Although U.S. remains shamefully silent about Cuban suppression of speech and worship, Pope Francis should speak up while world listens.
Like any pair of dictator-bullies, the Castro brothers can freely make jokes and speak about others, but will detain, beaten up, censor or imprison anyone who dares to do the same about them. This should come as no surprise.
Fidel’s first dictatorial act against free journalism came in 1959 when he started by muzzling, not the main newspaper of Cuba, but Zig-Zag, the weekly Cuban version of Mad magazine, which had dared to run its first (and last) cartoon of Fidel.
Apparently this kind of free speech is something we as Americans should no longer find worthy of defense in Cuba. While we rightly grieved in solidarity with many nations for the murdered cartoonists and journalists of the French satirical magazine Charlie Hebdo, inspiring “Je suis” pins, posters and Facebook postings, our government has remained silent when Cuban journalists, artists and writers have been censored and imprisoned.
For instance, mum has been the word when it comes to the arrest of young Cuban graffiti artist, “El Sexto.” According to reports smuggled out of Cuba, El Sexto, who has a wife and infant daughter, was imprisoned last December on a charge of contempt for having tried to carry out a performance with two pigs painted with the names of “Fidel” and “Raul.” Months after his arrest he has not been taken before a court. A few weeks ago according to his mother, he went on a hunger strike.
El Sexto’s type of dissidence and civil disobedience is something Americans would not have stood for had it happened in the U.S. in the 1960s or in South Africa during Apartheid. And yet, the U.S. remains silent. It also remains silent in the case of African-Cuban doctor Oscar Elias Biscet, an Amnesty International prisoner of conscience, who has been imprisoned multiple times for his peaceful protests against the Castro regime. He has endured over 11 years of prison and has lost most of his teeth due the beatings and the horrible conditions in the gulags of the island. For all the claims the Castro regime has made in defense of the black population in Cuba, many of its bravest dissidents are black including Berta Soler, the leader of the Ladies in White, a defiant group of Cuban women who dress in white and walk together to mass on many Sundays. This summer they were the victims of several brutal beatings.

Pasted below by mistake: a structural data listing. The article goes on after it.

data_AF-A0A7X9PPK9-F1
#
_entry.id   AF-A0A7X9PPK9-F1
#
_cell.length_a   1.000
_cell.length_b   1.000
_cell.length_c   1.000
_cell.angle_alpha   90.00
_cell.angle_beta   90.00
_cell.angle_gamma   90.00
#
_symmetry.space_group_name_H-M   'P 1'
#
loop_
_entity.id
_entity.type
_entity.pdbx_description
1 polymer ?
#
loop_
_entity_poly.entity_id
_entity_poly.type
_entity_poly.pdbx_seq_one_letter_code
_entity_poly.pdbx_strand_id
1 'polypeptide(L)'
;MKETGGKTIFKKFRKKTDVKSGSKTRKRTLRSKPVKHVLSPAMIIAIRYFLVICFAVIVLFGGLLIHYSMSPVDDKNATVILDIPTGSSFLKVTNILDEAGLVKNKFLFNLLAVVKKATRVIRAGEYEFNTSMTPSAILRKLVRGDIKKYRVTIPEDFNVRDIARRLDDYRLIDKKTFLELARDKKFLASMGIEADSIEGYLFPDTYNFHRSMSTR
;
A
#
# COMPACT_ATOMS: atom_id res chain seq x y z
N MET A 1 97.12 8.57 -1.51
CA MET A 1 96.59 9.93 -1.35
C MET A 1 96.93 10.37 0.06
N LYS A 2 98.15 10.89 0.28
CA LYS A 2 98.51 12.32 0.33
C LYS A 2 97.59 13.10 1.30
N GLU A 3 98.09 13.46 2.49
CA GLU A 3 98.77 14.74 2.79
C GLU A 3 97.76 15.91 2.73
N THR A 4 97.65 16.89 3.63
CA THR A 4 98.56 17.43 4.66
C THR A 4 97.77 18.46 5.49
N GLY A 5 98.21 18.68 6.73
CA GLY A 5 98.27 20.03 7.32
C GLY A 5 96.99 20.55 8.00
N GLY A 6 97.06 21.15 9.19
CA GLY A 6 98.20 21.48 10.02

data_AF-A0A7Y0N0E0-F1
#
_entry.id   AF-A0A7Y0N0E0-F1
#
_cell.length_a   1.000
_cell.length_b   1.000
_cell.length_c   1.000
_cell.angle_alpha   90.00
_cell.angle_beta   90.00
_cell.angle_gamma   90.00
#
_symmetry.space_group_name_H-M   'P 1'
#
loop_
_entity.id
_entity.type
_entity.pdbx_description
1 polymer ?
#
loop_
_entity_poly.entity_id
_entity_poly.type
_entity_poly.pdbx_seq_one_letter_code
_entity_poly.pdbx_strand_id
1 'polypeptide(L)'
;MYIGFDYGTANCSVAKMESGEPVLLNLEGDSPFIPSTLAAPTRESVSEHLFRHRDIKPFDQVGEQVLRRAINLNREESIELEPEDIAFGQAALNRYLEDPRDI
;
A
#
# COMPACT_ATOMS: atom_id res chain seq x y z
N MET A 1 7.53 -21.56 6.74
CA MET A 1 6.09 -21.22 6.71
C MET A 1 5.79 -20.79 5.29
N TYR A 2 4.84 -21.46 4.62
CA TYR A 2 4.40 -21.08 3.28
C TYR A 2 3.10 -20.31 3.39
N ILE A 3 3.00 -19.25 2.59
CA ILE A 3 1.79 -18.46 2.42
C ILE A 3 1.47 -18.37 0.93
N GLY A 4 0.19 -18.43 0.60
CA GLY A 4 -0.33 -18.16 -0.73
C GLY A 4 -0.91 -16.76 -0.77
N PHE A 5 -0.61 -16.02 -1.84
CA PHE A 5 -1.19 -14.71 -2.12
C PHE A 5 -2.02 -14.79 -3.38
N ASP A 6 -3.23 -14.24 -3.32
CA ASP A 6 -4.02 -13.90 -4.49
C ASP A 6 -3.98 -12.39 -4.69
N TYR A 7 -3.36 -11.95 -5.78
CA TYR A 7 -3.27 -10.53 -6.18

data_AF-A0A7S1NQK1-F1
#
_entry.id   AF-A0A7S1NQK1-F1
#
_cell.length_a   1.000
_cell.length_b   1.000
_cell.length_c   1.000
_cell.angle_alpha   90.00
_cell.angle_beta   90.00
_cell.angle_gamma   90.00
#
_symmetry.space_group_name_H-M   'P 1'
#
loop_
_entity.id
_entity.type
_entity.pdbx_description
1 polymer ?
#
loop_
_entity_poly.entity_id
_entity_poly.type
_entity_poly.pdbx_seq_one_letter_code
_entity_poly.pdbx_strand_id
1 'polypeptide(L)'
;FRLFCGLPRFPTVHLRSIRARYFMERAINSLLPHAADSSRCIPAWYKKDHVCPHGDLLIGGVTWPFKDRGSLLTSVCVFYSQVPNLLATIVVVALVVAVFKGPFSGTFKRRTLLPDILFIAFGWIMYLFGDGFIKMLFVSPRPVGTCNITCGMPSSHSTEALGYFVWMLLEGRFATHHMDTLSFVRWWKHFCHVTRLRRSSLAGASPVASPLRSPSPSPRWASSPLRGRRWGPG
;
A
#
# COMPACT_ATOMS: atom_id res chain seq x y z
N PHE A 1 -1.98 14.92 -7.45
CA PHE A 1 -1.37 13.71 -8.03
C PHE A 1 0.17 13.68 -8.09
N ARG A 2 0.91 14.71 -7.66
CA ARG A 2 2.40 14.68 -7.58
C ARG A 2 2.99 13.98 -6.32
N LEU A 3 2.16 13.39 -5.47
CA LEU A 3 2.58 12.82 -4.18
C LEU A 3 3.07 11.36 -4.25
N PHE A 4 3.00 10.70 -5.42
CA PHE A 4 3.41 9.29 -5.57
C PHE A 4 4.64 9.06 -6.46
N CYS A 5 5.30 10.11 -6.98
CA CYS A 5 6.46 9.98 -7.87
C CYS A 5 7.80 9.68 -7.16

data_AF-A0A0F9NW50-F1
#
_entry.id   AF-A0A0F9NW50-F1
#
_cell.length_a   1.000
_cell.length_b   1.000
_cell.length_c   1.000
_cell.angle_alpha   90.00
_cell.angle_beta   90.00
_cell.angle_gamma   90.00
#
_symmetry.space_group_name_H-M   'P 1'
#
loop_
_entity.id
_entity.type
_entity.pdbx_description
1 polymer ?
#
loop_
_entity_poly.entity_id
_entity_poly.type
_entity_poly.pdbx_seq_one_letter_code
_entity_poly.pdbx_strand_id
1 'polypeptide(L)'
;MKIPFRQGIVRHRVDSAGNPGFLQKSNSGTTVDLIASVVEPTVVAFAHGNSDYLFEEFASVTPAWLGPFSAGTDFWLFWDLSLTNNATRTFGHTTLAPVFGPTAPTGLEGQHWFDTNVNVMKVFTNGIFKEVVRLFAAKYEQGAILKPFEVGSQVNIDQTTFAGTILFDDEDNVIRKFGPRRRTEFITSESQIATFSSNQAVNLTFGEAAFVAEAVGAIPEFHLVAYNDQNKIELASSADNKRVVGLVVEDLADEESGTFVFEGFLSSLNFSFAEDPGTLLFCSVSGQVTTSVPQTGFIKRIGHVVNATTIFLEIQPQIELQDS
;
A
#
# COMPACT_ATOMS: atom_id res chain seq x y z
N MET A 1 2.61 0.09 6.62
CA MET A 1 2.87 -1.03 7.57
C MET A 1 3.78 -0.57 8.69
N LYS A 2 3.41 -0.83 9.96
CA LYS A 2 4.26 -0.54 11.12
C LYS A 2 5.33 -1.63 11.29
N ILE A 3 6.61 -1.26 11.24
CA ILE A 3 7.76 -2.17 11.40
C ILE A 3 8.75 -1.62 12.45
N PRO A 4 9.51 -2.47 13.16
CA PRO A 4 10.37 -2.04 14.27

Artists and journalists such as Cuban exiled novelist Orlando Luis Pardo Lazo, andTime magazine-lauded blogger, Yoani Sanchez, who still dares to live in Havana, have consistently tried to appeal to the world and to our government for freedom of speech as the virtues of openness between the U.S. and Cuba continue to be universally extolled. But to no avail.
Our government remains silent, or at most, will tweet its disappointment at arrests here and there but continues forging ahead with a plan that will benefit the Castro thugs but not the people of Cuba. This month these dissidents hope, as do I, that while Pope Francis remains in Cuba, he will call for freedom of speech and of worship, and for the kind of openness that his Polish predecessor, Pope John Paul II spoke about frequently when, in 1998, he was the first Pontiff to visit the island. They hope that Pope Francis will recall his own experiences in Argentina and will extend the hand of solidarity to those who lack a voice.
They hope, against all hope, that the Pope will disavow the strange and inaccurate words of Cuban Cardinal and Havana Archbishop, Jaime Ortega, who recently stated that there were no political prisoners in Cuba while 60 dissidents languished in prison. They hope for the Spanish version of the Hebdo “Je suis:” They hope to hear the Pope say: “Yo, yo tambien soy cubano.” “I, too am Cuban.” And invite the rest of the world to do the same with El Sexto, with Berta and the Ladies in White, with Dr. Biscet, with Yoani and with so many others who have earned and richly deserve the world’s solidarity.